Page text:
Originally created 06/27/99

Plugs rail, electric car transport



In light of what Dr. Christopher Edgens stated (guest column, June 20), most likely he has never been in, or lived, north of Richmond, Va., or anywhere else along the I-95 corridor from there to Boston. ...

If one did not know the area, one would have a very difficult time in knowing where the city, town, or state boundaries are. Washington, Baltimore, Wilmington, Chester, Camden, Princeton, Trenton, Newark, New York City, Hartford, Providence, Boston, and hundreds of smaller incorporated towns in between all run together. A typical small town like Lansdowne, Pa. -- one square mile occupied by some 20,000 residents with some light industry and commerce -- is settled in between Philadelphia, Chester, West Chester, and Wilmington, Del., with other towns and townships in between. If 20,000 people per square mile is the norm, there is a lot of commuting. ... Without the mass transit system there it would be chaos. ...

Philadelphia has seven major heavy rail passenger line routes shared by the freight traffic out of the city. ...

A typical morning train stopping in Lansdowne on its way from West Chester to Philadelphia would have 15 to 20 passenger cars in line carrying a minimum of 100 persons per car. By the time one got into the city there would be standing room only. The trip takes only 20 minutes. There is a train station in every town and they are approximately a mile apart, but no more than two or three miles at the most. ...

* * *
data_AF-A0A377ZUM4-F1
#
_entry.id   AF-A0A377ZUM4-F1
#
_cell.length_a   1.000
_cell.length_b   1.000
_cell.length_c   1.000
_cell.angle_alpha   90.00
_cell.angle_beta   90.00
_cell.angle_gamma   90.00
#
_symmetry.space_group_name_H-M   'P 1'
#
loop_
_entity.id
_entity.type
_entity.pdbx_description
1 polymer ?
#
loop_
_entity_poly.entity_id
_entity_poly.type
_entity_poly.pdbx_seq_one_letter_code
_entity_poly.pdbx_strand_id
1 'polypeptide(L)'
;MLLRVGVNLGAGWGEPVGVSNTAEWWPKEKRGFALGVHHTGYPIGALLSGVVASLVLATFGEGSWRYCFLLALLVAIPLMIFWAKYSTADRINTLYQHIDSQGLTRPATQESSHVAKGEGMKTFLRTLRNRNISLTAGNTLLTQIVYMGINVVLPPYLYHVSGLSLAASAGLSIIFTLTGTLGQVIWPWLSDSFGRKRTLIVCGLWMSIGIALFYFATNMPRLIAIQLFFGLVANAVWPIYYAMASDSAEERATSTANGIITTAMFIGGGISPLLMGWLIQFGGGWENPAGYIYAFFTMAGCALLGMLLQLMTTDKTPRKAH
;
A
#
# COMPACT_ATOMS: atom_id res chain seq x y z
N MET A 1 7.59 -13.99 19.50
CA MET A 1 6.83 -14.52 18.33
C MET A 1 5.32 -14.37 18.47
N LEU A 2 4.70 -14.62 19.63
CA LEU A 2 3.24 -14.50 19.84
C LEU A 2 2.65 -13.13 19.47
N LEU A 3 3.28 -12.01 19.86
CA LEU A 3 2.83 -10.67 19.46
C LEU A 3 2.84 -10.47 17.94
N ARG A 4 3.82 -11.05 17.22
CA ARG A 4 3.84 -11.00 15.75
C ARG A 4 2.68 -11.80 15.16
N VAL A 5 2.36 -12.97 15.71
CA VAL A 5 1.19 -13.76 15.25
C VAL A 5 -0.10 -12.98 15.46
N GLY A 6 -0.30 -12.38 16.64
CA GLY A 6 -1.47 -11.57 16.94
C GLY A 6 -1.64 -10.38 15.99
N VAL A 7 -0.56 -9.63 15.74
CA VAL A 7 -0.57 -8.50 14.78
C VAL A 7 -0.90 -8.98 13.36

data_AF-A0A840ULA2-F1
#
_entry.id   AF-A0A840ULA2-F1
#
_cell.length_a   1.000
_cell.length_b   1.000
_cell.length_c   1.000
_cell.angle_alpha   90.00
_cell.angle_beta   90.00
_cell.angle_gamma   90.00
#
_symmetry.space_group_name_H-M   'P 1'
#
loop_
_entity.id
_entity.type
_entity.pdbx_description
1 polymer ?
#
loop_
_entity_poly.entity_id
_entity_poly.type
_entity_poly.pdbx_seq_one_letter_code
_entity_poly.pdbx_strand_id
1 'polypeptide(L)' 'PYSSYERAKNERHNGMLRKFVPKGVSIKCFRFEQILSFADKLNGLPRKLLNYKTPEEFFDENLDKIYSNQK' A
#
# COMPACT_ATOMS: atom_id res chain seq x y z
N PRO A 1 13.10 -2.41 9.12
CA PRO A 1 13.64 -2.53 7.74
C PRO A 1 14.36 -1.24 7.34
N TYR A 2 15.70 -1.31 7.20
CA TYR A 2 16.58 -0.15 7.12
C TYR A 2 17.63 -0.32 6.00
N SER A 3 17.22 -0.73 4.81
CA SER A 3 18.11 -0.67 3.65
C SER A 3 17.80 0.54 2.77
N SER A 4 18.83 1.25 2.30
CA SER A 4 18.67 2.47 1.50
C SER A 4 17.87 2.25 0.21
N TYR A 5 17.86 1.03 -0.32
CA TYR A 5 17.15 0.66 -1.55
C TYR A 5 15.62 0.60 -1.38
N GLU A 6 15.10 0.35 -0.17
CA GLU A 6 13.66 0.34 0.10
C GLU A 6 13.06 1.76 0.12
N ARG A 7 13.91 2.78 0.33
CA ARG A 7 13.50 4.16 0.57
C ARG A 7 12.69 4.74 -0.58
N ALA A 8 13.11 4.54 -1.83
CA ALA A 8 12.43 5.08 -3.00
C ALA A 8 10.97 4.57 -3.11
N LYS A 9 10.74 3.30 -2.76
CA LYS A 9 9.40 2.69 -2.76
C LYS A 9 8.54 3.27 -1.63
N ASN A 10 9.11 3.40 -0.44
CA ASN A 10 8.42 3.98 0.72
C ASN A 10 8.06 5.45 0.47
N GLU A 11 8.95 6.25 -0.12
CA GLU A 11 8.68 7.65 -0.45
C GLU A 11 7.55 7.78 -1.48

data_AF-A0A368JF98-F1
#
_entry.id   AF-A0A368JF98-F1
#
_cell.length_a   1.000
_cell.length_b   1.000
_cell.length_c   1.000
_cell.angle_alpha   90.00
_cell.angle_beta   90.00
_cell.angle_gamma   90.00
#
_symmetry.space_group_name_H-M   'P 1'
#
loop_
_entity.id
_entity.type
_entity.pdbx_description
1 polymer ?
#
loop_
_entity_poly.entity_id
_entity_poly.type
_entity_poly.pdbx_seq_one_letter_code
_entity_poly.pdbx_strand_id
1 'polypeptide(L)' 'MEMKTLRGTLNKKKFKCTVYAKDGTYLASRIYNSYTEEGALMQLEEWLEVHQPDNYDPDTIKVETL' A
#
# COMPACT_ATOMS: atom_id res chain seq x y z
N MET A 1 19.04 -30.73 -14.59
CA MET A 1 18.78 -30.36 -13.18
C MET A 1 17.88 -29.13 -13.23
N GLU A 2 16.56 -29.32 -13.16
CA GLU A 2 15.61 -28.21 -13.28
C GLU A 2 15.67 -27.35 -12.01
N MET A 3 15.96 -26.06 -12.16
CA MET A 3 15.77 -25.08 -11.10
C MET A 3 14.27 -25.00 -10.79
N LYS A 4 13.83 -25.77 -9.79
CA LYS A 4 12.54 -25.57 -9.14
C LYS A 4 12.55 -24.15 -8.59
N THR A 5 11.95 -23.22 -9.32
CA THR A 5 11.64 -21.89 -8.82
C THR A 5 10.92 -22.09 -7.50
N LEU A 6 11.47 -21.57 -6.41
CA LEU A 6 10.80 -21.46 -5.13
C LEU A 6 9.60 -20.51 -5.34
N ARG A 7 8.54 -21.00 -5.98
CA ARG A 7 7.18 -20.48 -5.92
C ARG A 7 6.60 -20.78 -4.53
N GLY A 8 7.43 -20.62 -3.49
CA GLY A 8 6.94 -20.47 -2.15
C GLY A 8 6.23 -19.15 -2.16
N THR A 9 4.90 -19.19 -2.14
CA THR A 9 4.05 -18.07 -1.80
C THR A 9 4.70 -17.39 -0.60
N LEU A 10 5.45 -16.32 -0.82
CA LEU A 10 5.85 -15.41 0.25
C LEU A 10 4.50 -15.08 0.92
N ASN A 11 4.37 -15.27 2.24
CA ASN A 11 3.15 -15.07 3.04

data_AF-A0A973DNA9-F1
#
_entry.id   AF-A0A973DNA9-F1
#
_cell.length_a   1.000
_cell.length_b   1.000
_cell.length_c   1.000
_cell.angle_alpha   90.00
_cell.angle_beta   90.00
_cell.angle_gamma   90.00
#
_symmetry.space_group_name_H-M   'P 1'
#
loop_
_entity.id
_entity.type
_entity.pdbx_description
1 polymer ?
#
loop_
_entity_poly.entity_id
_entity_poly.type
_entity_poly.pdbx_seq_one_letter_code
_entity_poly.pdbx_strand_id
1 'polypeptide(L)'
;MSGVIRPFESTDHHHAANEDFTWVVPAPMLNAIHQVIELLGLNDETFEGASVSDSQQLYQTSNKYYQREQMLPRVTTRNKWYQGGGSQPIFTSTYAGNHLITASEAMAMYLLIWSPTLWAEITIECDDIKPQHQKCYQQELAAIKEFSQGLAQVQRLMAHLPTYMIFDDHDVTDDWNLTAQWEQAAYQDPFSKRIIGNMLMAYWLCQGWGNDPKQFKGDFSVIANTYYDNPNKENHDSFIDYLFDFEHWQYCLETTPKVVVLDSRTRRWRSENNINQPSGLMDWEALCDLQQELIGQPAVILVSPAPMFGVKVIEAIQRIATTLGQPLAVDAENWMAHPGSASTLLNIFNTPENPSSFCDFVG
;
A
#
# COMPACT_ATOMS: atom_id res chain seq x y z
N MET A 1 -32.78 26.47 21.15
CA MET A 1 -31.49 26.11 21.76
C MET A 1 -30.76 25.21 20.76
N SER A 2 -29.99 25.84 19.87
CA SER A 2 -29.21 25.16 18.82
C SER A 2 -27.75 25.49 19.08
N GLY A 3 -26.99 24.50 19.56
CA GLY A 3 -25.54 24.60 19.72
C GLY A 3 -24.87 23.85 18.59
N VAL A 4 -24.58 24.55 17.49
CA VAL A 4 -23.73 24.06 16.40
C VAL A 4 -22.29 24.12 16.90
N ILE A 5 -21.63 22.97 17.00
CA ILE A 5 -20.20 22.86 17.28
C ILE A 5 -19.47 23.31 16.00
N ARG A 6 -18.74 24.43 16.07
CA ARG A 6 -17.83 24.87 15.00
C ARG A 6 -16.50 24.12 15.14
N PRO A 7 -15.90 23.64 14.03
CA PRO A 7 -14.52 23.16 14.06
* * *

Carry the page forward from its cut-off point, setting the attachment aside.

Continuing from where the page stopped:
The way we are growing here... it will not be long before Augusta, Thomson, North Augusta, and Aiken will look very much like the above -- one big city. I know there is a lot of real estate between here and Atlanta, Savannah, Macon and Columbia, but they are growing and it doesn't take much imagination to see the twain meet.

Without question, a rail system between cities and towns down here would be a major asset not only for commuters, but for industry and environment as well. Both freight and passenger trains can use the same rails. ...

An electric catanary system could be erected in the future to accommodate self-powered electric cars that are more environment-friendly. I think the hardest part will be to change attitudes and Americans' love for their cars.

Frank D. Harrisson, Augusta